And, interestingly, many satellite receivers allow users to just enter a frequency in the supported range and they will happily load and display the data on that frequency.
But, I'm more taken aback though by the reactions here to this guy's (admittedly alarmist) thoughts... From reading the comments here, it sounds like only a couple people scanned past the headlines.
TL/DR, Eric (Who is actively involved in the OpenWrt project), makes a very good case that the FCCs proposed rules will require DRM for software on all devices with radios, thus preventing the use of third party OS like OpenWRT (although he thinks the rules could probably be applied to computers, phones, etc. too).
Sure, the FCC won't "ban" OpenWrt et al, but lets not be pedantic here; if there are no devices left that allow you to legally (or otherwise) install your own firmware, projects like that will die a death by a thousand cuts.
I think the alarmist point of view on this actually hurts his points though - because it comes off as a less legitimate concern than I think it actually is. It is something we should be concerned with, because FCC rules are often hard to change once they're made.
After all, preventing APs from stomping on licensed spectrum due to wrong country selection seems to be half of what's driving all this anyway.
The original wording from the FCC about DD-WRT was pretty awful, and I don't see how their intent can be interpreted otherwise (although they may be backpedalling now):
"2. What prevents third parties from loading non US versions of the software/firmware on the device? Describe in detail how the device is protected from "flashing" and the installation of third party firmware such as DD-WRT."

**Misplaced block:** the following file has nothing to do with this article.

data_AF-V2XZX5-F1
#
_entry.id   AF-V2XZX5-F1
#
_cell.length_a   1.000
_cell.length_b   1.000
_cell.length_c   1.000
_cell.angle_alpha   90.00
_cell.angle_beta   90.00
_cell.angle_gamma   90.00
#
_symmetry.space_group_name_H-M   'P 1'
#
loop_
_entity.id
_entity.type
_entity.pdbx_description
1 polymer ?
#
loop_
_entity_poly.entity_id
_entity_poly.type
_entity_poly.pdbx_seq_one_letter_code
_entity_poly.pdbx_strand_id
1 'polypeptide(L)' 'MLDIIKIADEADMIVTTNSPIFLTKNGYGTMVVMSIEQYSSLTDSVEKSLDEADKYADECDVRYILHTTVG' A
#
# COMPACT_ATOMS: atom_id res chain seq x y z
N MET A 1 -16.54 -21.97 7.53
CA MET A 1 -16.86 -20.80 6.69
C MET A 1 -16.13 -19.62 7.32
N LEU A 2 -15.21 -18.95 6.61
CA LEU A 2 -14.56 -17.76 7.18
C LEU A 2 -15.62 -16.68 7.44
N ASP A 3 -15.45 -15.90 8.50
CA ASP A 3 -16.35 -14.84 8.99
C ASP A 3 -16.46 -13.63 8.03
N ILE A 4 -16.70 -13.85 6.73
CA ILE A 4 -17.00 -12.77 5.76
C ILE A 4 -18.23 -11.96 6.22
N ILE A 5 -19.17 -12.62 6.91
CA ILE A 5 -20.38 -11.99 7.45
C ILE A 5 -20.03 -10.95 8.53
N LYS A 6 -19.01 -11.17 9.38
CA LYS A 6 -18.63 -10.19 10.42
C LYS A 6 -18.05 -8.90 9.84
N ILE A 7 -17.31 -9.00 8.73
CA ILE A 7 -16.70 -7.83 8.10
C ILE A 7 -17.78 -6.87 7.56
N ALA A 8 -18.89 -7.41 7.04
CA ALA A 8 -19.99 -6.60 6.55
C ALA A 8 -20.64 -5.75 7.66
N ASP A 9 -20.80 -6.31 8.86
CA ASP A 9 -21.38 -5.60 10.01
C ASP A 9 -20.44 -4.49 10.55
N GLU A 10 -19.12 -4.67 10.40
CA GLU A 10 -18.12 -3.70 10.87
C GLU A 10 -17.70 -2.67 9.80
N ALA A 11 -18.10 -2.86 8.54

As seen on this thread and the document linked within:
Do you have a link for that? I'd like to see it...
"2. What prevents third parties from loading non US versions of the software/firmware on the device? Describe in detail how the device is protected from "flashing" and the installation of third party firmware such as DD-WRT."
It even says that follow-up questions may be asked. As someone familiar with regulatory compliance processes in another country (.au), just because you answer in the negative does not mean your application will be rejected - your other responses (see the rest of the questions to see how redundant they are) will be taken into consideration.
Even though we have the old joke where our equivalent of the FCC has an unofficial motto, "We're not happy until you're not happy", even bureaucrats have enough imagination to see that scripted questions can't capture every single possible way to meet the underlying requirements for a given regulatory compliance issue.
The questions are centered around identifying how the device is restricted from operating outside of the conditions asserted and tested in the conformance documentation submitted with the FCC registrant's application. That's not an unreasonable expection from a spectrum regulator's POV, but it is terrifying given that this will likely mean region-locked (or region-specific) devices - choosing a country from a drop-down list will become a thing of the past (after all, 5GHz is carved up quite differently in different parts of the world compared to 2.4GHz, where things are already a complete mess).
Whilst you might find that "OMG, these questions seem to assume that the FCC wants only OEM-approved firmwarez", as per the DD-WRT wording this is because the questionnaire has been written from the assumption that these drastic measures are necessary to meet the new regulations. If you read the proposed regs themselves, carefully , I don't see anywhere where the "host device" is explicitly required to control OS firmware unless this is the only means that the registrant can meet the U-NII security requirements.